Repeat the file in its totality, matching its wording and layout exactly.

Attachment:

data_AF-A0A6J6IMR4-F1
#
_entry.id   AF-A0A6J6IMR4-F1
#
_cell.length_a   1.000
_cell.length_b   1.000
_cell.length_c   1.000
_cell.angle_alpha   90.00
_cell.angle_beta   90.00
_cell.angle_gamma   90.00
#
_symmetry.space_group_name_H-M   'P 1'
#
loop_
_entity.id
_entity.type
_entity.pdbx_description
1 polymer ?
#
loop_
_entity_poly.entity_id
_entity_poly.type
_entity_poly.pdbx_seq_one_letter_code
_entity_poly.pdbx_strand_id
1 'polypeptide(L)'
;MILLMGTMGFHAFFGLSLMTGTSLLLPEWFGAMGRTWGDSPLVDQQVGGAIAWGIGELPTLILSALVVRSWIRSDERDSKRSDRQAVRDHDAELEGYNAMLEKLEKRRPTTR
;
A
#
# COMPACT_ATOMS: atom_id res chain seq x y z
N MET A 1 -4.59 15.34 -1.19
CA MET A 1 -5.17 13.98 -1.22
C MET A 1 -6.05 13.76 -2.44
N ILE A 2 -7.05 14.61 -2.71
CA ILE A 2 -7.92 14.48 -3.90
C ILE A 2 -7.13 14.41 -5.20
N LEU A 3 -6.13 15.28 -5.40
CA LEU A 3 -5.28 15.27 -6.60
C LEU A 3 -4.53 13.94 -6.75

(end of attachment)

data_AF-A0A6J6IMR4-F1
#
_entry.id   AF-A0A6J6IMR4-F1
#
_cell.length_a   1.000
_cell.length_b   1.000
_cell.length_c   1.000
_cell.angle_alpha   90.00
_cell.angle_beta   90.00
_cell.angle_gamma   90.00
#
_symmetry.space_group_name_H-M   'P 1'
#
loop_
_entity.id
_entity.type
_entity.pdbx_description
1 polymer ?
#
loop_
_entity_poly.entity_id
_entity_poly.type
_entity_poly.pdbx_seq_one_letter_code
_entity_poly.pdbx_strand_id
1 'polypeptide(L)'
;MILLMGTMGFHAFFGLSLMTGTSLLLPEWFGAMGRTWGDSPLVDQQVGGAIAWGIGELPTLILSALVVRSWIRSDERDSKRSDRQAVRDHDAELEGYNAMLEKLEKRRPTTR
;
A
#
# COMPACT_ATOMS: atom_id res chain seq x y z
N MET A 1 -4.59 15.34 -1.19
CA MET A 1 -5.17 13.98 -1.22
C MET A 1 -6.05 13.76 -2.44
N ILE A 2 -7.05 14.61 -2.71
CA ILE A 2 -7.92 14.48 -3.90
C ILE A 2 -7.13 14.41 -5.20
N LEU A 3 -6.13 15.28 -5.40
CA LEU A 3 -5.28 15.27 -6.60
C LEU A 3 -4.53 13.94 -6.75